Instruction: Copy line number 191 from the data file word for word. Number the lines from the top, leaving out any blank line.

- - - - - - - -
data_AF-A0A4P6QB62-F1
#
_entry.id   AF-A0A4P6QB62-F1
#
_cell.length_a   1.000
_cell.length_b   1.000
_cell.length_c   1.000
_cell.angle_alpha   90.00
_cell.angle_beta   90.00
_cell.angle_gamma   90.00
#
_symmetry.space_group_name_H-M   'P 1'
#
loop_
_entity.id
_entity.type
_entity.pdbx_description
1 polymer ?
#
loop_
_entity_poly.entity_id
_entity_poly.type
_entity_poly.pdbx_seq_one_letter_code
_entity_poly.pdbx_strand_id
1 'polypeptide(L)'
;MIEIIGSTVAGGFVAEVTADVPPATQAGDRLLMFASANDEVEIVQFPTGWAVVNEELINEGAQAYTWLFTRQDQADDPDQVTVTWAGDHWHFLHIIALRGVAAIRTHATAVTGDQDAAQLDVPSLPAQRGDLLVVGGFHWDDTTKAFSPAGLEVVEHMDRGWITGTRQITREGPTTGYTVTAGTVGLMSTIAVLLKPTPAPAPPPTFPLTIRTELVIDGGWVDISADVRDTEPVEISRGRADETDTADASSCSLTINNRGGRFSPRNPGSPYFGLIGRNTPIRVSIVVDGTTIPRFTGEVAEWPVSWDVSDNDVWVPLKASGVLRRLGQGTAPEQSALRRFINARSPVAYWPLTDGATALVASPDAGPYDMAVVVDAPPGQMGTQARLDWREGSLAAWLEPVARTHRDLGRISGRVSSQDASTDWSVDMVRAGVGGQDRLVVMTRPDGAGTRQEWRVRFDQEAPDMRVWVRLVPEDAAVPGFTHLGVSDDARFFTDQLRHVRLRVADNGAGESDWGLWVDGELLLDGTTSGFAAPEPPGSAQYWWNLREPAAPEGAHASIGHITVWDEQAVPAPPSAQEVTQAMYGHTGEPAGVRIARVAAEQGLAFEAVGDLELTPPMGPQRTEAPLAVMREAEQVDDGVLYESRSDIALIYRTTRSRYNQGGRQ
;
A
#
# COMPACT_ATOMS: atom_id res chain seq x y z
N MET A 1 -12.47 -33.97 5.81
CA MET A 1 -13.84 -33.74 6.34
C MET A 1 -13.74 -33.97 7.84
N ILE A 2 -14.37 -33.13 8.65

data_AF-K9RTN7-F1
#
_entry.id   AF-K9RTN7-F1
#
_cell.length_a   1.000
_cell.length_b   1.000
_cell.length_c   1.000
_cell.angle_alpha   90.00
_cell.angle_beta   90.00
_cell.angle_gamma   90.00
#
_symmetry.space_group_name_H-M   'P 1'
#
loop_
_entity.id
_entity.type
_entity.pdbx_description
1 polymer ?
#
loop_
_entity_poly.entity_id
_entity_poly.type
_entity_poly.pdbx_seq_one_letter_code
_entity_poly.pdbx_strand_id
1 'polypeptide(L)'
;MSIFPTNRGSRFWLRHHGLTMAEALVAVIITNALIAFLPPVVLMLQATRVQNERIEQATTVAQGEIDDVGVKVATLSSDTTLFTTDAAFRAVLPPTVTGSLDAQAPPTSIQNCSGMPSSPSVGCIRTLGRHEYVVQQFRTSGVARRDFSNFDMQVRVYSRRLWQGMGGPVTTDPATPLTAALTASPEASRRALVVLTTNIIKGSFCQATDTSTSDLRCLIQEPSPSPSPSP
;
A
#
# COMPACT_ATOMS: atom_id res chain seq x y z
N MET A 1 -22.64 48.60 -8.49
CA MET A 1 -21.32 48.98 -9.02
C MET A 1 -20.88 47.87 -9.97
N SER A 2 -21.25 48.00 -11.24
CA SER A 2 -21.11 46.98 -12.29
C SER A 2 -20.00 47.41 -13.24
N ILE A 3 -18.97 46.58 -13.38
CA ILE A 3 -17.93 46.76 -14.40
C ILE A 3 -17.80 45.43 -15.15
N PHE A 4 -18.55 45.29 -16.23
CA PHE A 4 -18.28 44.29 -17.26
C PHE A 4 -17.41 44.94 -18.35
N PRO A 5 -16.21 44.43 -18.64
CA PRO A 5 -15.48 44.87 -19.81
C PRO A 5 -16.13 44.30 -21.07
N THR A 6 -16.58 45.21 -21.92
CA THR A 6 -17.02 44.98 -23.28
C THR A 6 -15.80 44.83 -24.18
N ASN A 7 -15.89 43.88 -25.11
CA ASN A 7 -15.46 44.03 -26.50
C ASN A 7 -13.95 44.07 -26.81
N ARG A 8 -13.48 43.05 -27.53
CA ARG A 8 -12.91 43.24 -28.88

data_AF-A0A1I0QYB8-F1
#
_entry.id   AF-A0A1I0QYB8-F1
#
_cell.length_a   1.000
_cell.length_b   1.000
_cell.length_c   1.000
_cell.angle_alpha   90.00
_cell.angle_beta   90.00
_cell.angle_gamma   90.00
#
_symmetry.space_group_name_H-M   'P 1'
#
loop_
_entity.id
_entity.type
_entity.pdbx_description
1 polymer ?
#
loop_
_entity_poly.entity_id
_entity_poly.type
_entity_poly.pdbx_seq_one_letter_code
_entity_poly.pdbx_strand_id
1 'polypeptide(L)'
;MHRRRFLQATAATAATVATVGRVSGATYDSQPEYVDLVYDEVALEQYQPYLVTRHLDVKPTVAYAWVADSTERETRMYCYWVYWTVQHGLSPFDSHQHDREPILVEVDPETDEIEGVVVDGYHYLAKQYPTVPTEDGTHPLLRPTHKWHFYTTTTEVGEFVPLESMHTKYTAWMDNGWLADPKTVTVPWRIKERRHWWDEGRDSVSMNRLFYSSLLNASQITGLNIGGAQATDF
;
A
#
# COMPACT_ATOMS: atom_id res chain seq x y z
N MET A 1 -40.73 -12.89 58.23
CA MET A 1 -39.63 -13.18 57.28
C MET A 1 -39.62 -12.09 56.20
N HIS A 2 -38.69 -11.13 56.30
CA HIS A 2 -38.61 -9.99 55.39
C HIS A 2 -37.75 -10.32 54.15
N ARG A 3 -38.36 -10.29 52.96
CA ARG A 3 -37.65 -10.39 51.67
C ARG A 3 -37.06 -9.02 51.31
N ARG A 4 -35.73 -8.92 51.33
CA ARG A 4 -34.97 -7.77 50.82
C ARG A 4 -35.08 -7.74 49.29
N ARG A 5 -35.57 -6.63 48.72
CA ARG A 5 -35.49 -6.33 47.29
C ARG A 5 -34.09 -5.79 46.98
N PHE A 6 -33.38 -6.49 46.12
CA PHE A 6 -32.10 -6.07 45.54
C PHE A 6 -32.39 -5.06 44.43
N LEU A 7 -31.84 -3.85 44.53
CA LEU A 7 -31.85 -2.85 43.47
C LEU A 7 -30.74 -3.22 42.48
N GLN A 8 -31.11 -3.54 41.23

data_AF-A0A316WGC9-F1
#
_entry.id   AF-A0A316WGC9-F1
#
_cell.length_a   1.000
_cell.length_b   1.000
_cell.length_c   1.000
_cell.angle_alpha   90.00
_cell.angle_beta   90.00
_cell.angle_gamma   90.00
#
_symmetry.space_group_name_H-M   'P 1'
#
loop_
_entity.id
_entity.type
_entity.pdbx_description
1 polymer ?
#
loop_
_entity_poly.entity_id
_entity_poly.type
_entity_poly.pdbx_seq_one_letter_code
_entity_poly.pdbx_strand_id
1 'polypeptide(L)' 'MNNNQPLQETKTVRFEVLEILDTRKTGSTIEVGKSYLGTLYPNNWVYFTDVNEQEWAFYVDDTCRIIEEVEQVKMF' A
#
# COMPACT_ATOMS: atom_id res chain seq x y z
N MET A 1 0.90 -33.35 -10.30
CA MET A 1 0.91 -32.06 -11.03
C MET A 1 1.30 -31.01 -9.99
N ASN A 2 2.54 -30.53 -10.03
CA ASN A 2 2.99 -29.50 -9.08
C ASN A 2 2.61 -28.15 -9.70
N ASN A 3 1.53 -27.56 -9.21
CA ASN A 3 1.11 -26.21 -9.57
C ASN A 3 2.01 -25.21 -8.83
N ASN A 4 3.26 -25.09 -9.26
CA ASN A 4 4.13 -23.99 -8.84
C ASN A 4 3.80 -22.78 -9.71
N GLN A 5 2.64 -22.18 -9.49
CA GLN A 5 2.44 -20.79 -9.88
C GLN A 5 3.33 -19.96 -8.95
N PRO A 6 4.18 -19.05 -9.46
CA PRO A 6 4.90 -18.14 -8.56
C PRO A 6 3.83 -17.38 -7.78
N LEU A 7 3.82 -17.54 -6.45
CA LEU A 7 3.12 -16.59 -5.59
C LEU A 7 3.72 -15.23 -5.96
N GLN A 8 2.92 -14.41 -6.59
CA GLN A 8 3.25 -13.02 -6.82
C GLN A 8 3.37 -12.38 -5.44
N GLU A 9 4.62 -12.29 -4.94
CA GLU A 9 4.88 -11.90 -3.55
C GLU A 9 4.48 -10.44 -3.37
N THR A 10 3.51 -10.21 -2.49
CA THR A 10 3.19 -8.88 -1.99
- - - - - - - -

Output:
N GLU A 9 4.62 -12.29 -4.94